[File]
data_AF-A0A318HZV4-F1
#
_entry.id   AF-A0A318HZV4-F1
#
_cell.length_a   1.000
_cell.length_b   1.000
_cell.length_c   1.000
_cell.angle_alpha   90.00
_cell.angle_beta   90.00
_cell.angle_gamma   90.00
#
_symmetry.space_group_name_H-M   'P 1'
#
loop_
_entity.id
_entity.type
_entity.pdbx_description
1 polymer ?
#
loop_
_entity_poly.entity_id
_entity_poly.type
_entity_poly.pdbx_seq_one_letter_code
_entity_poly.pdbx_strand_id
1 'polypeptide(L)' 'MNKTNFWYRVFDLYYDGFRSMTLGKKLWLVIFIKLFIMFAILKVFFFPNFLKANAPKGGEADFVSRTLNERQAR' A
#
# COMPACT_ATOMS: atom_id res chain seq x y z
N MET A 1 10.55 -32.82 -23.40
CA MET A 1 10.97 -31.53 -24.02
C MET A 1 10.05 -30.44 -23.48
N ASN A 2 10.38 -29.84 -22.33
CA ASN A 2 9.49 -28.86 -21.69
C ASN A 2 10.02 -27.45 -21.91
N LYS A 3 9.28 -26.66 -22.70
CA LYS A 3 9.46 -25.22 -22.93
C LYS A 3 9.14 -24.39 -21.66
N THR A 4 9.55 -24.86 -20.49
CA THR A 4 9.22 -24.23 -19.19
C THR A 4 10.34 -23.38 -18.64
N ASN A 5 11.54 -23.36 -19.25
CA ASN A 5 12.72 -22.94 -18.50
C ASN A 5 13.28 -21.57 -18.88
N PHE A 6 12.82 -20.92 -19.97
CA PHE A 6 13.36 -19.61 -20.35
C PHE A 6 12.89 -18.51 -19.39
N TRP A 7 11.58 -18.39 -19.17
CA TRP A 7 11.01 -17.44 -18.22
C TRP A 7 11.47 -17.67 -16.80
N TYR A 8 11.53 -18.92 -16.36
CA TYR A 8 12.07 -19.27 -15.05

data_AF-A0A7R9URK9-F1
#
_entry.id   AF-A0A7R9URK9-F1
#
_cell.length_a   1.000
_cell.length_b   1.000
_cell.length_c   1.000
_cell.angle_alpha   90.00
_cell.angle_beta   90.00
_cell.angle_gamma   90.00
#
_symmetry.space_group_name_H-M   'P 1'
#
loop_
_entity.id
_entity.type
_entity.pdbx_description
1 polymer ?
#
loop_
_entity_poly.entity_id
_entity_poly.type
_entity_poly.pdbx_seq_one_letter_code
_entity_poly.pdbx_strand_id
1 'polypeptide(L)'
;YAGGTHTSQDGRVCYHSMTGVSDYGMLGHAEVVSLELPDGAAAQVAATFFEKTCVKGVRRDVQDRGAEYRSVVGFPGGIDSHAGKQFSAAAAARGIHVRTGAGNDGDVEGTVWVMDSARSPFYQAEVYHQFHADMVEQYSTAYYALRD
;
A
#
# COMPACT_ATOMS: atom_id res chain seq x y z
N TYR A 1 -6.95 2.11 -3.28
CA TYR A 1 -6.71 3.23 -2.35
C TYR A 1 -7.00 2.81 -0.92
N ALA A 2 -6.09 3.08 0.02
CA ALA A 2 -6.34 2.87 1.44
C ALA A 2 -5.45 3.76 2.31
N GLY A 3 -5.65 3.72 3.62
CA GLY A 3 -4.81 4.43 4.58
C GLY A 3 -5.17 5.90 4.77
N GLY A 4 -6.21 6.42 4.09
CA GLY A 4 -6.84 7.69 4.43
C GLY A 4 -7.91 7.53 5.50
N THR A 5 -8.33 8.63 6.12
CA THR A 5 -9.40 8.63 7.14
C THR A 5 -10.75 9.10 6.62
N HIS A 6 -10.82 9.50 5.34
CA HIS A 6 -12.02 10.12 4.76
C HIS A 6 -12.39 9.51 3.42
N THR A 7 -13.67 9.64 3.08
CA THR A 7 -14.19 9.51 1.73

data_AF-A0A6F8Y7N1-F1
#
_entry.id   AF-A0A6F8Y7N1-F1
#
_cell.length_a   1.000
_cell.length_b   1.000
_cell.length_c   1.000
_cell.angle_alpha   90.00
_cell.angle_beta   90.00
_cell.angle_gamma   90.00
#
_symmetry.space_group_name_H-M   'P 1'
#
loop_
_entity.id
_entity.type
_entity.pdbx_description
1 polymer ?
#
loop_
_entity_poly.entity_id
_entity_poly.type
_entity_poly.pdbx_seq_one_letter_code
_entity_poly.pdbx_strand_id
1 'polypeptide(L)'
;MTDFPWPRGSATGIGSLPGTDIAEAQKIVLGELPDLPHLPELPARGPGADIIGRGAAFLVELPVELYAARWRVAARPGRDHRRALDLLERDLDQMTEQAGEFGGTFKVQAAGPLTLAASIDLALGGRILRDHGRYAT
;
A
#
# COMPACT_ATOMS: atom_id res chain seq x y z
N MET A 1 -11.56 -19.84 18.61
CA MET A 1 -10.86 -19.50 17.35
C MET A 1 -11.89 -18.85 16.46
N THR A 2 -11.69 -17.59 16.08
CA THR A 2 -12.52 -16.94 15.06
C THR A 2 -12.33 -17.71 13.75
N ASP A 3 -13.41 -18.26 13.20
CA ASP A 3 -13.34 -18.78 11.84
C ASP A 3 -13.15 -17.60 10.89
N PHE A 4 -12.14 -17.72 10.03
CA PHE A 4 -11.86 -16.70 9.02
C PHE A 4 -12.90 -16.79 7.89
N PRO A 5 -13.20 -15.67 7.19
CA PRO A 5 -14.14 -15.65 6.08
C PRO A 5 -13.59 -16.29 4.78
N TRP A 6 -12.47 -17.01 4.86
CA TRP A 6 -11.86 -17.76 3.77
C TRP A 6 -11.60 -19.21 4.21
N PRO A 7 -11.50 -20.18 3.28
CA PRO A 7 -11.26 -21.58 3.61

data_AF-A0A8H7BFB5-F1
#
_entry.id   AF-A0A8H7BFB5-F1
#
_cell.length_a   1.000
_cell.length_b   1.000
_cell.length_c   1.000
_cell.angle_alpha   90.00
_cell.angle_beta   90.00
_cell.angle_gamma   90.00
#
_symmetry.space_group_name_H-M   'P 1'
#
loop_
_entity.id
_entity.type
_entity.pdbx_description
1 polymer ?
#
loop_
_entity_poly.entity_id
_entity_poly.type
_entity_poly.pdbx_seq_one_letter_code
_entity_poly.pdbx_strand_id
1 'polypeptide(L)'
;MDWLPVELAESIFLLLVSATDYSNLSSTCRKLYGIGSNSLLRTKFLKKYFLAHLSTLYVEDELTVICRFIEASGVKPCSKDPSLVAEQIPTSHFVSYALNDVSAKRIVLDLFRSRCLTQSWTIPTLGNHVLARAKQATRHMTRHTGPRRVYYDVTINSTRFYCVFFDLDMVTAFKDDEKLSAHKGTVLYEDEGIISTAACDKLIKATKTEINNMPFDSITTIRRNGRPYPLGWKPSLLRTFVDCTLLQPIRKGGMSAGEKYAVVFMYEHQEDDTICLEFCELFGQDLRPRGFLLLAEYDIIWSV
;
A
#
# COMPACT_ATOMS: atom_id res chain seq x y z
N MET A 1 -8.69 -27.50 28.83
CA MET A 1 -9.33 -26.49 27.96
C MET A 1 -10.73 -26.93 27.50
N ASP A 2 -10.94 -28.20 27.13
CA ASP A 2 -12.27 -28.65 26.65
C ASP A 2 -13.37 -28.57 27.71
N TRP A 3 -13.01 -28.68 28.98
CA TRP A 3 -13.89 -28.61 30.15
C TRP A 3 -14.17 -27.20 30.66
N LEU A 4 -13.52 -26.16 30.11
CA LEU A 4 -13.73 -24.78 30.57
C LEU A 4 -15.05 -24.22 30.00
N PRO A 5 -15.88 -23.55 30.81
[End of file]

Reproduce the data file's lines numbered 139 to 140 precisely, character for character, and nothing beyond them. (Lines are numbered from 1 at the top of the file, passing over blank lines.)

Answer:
C ASP A 3 -13.15 -17.60 10.89
N PHE A 4 -12.14 -17.72 10.03